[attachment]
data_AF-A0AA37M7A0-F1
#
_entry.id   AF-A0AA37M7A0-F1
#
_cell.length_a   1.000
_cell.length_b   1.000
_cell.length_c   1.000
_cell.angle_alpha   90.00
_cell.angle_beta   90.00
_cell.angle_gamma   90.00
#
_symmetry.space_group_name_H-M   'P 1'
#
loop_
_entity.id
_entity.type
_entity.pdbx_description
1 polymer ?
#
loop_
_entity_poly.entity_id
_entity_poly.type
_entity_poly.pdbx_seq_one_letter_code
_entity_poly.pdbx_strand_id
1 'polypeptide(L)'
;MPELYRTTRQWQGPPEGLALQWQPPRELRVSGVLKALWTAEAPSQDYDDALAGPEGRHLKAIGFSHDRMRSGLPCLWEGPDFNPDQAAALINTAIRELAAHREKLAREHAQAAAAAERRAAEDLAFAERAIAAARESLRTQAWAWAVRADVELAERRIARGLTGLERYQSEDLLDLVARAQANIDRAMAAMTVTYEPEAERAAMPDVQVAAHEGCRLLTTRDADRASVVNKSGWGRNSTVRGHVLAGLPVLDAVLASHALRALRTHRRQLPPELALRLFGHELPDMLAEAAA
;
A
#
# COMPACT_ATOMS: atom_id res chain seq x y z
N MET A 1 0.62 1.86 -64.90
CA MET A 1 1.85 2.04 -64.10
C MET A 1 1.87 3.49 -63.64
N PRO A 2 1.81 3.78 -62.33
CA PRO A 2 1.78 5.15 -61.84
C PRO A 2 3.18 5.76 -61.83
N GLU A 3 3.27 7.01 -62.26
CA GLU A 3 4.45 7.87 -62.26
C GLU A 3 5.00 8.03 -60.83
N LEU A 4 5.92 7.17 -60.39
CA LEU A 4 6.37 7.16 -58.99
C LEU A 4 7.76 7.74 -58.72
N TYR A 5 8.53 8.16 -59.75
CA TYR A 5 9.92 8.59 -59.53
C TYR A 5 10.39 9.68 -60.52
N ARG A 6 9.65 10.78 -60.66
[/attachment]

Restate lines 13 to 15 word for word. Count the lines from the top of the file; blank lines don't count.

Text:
#
loop_
_entity.id